Effects of parental socioeconomic status on child self-reported health, height, and BMI

Suchuan Yu, Shuo Heng Chen, Wei Der Tsai

Research output: Contribution to journalArticlepeer-review


Objectives: The relationship between parental socioeconomic status (SES) and child health was determined. Methods: The relationship between parental SES and child health was empirically investigated using the 2001 National Health Interview Survey in Taiwan. "Self-reported health," "height," and "body mass index (BMI)" were used as health indicators for children 0-12 years of age and linked to the parental SES, as indicated by household income and parent's education via the ordered and multinomial logit models, respectively. Results: Household income was positively associated with the child's self-reported health and the likelihood of being overweight. Maternal education had a positive effect on a child's height and was associated with a lower probability of a child being obese. Conclusions: Our empirical results provide some evidence that a child's health varies as a function of parental SES. Due to the existence of health gradients in children, the government should adopt policies to promote child health and hamper the transmission of low SES across generations.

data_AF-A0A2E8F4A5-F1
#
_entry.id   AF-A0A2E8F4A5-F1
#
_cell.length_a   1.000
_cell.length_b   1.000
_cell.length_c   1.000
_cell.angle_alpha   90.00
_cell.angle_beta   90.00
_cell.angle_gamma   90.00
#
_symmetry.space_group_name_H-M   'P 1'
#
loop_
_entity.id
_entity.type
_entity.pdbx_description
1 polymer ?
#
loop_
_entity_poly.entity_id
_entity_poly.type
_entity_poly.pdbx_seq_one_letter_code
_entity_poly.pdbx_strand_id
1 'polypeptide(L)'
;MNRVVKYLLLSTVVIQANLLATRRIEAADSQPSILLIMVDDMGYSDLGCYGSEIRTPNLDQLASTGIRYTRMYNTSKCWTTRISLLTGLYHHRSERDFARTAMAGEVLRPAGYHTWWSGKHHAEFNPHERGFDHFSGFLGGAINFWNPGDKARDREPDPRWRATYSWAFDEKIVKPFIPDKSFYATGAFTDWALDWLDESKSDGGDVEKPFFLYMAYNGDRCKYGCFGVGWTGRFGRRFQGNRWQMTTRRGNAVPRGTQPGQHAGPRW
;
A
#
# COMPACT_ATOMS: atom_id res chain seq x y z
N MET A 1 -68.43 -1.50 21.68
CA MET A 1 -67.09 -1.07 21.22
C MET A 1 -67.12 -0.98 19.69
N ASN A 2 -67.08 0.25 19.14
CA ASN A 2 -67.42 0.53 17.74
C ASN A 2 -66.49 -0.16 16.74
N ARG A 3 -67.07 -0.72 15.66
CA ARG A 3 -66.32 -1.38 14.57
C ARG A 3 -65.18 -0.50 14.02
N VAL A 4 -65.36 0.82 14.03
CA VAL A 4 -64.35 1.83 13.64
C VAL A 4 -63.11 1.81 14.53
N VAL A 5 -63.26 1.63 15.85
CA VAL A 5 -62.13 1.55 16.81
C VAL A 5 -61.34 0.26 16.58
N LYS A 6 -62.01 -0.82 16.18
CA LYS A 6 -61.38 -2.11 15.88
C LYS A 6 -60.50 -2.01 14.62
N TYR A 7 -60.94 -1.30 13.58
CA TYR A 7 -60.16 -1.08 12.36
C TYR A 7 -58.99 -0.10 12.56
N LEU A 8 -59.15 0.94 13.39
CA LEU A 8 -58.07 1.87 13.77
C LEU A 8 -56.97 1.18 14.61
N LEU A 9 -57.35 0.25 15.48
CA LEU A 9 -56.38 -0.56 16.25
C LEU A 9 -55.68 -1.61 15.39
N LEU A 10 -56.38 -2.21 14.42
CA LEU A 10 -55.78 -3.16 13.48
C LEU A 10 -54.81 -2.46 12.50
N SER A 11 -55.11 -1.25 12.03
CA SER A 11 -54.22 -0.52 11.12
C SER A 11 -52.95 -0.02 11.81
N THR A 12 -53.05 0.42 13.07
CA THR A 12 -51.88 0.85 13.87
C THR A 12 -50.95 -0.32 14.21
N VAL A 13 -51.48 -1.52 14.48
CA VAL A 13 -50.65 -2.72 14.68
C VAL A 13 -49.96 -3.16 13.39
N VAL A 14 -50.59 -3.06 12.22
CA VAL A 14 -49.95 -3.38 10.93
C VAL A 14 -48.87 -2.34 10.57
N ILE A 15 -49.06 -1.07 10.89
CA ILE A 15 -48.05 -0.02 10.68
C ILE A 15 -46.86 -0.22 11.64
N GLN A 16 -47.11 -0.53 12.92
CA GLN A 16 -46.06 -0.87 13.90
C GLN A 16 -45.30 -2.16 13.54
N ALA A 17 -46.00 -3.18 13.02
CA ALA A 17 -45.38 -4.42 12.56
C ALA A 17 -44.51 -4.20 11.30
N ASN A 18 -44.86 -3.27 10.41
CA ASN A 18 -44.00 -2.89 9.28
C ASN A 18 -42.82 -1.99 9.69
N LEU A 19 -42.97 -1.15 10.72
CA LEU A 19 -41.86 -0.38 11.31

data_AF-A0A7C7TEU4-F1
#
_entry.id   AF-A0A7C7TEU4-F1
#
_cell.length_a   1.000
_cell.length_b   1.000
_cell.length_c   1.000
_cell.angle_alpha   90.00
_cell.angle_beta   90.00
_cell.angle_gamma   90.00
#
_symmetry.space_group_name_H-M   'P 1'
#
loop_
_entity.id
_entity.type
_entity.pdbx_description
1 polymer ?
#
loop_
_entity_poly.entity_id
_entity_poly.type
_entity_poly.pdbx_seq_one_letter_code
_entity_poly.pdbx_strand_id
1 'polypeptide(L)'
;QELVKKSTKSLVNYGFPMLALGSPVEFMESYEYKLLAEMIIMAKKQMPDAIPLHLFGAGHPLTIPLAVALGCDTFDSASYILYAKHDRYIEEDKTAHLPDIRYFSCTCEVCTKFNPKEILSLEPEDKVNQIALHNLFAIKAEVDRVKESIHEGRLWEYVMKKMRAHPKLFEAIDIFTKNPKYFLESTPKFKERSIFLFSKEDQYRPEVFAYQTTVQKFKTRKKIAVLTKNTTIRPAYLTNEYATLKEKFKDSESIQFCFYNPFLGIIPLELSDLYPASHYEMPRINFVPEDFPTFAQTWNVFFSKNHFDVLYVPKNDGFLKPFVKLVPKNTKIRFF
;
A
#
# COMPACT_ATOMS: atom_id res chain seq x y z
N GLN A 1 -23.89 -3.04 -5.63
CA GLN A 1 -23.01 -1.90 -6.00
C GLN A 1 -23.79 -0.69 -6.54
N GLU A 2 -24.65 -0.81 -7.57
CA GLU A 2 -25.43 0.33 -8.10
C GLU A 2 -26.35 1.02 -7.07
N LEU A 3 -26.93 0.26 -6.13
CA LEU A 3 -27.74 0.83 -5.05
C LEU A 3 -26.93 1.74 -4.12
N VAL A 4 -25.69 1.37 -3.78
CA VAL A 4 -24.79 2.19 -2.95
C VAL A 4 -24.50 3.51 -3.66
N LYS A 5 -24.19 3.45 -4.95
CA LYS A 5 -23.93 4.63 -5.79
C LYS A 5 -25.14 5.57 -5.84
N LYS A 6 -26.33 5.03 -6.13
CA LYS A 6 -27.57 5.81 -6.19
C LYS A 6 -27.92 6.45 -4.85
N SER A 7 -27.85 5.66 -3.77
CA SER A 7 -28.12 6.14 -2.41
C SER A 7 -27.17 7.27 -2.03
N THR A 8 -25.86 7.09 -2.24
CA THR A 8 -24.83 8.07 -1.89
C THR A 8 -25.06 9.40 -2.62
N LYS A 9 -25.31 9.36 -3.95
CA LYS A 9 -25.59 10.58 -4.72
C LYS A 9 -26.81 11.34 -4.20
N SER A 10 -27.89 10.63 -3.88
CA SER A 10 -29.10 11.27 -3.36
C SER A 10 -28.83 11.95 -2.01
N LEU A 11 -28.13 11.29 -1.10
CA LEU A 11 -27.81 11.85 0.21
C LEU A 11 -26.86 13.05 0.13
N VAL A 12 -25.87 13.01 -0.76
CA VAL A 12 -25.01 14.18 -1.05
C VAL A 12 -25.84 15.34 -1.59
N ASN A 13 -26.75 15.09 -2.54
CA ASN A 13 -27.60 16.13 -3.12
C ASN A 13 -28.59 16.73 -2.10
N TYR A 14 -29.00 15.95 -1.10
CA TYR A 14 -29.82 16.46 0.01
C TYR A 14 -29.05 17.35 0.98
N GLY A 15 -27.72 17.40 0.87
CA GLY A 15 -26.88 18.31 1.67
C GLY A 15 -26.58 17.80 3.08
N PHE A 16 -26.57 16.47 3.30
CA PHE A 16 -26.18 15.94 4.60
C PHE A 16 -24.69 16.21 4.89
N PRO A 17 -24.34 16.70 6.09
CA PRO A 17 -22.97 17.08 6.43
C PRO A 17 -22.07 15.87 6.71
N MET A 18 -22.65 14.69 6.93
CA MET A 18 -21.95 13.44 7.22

Original languageEnglish
Pages (from-to)316-329
Number of pages14
JournalTaiwan Journal of Public Health
Issue number3
StatePublished - Jun 2016


  • BMI values
  • Child self-reported health status
  • Height
  • Parental socioeconomic status


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